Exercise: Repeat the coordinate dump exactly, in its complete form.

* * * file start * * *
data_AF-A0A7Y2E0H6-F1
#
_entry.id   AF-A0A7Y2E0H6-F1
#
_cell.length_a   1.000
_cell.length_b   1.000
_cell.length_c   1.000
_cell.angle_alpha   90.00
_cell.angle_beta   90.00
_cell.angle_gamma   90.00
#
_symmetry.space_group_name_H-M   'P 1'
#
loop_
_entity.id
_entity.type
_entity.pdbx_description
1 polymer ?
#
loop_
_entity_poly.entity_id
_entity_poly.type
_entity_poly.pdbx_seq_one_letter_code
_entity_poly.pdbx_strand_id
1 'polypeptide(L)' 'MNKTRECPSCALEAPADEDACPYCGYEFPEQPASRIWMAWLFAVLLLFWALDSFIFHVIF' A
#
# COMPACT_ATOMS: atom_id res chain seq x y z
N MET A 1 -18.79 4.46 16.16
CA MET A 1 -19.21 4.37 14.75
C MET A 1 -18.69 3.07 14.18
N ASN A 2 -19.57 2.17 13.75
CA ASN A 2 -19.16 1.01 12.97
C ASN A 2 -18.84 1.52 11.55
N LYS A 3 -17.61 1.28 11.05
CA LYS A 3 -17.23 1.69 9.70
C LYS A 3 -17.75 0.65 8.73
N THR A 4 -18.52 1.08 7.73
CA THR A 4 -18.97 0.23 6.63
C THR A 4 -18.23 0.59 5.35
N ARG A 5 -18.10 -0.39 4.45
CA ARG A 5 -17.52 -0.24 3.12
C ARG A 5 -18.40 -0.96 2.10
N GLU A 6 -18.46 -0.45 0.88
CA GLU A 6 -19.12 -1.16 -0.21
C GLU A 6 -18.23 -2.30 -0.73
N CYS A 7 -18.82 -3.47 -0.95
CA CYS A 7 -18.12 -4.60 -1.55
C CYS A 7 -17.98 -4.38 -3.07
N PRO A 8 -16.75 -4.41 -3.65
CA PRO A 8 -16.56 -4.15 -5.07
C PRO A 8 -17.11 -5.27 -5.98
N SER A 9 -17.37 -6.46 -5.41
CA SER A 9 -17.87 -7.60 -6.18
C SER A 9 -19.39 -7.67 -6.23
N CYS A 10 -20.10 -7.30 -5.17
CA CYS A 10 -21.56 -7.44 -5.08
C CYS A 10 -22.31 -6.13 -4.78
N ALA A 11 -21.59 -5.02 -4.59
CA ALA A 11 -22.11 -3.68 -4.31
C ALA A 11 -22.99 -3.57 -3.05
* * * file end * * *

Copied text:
data_AF-A0A7Y2E0H6-F1
#
_entry.id   AF-A0A7Y2E0H6-F1
#
_cell.length_a   1.000
_cell.length_b   1.000
_cell.length_c   1.000
_cell.angle_alpha   90.00
_cell.angle_beta   90.00
_cell.angle_gamma   90.00
#
_symmetry.space_group_name_H-M   'P 1'
#
loop_
_entity.id
_entity.type
_entity.pdbx_description
1 polymer ?
#
loop_
_entity_poly.entity_id
_entity_poly.type
_entity_poly.pdbx_seq_one_letter_code
_entity_poly.pdbx_strand_id
1 'polypeptide(L)' 'MNKTRECPSCALEAPADEDACPYCGYEFPEQPASRIWMAWLFAVLLLFWALDSFIFHVIF' A
#
# COMPACT_ATOMS: atom_id res chain seq x y z
N MET A 1 -18.79 4.46 16.16
CA MET A 1 -19.21 4.37 14.75
C MET A 1 -18.69 3.07 14.18
N ASN A 2 -19.57 2.17 13.75
CA ASN A 2 -19.16 1.01 12.97
C ASN A 2 -18.84 1.52 11.55
N LYS A 3 -17.61 1.28 11.05
CA LYS A 3 -17.23 1.69 9.70
C LYS A 3 -17.75 0.65 8.73
N THR A 4 -18.52 1.08 7.73
CA THR A 4 -18.97 0.23 6.63
C THR A 4 -18.23 0.59 5.35
N ARG A 5 -18.10 -0.39 4.45
CA ARG A 5 -17.52 -0.24 3.12
C ARG A 5 -18.40 -0.96 2.10
N GLU A 6 -18.46 -0.45 0.88
CA GLU A 6 -19.12 -1.16 -0.21
C GLU A 6 -18.23 -2.30 -0.73
N CYS A 7 -18.82 -3.47 -0.95
CA CYS A 7 -18.12 -4.60 -1.55
C CYS A 7 -17.98 -4.38 -3.07
N PRO A 8 -16.75 -4.41 -3.65
CA PRO A 8 -16.56 -4.15 -5.07
C PRO A 8 -17.11 -5.27 -5.98
N SER A 9 -17.37 -6.46 -5.41
CA SER A 9 -17.87 -7.60 -6.18
C SER A 9 -19.39 -7.67 -6.23
N CYS A 10 -20.10 -7.30 -5.17
CA CYS A 10 -21.56 -7.44 -5.08
C CYS A 10 -22.31 -6.13 -4.78
N ALA A 11 -21.59 -5.02 -4.59
CA ALA A 11 -22.11 -3.68 -4.31
C ALA A 11 -22.99 -3.57 -3.05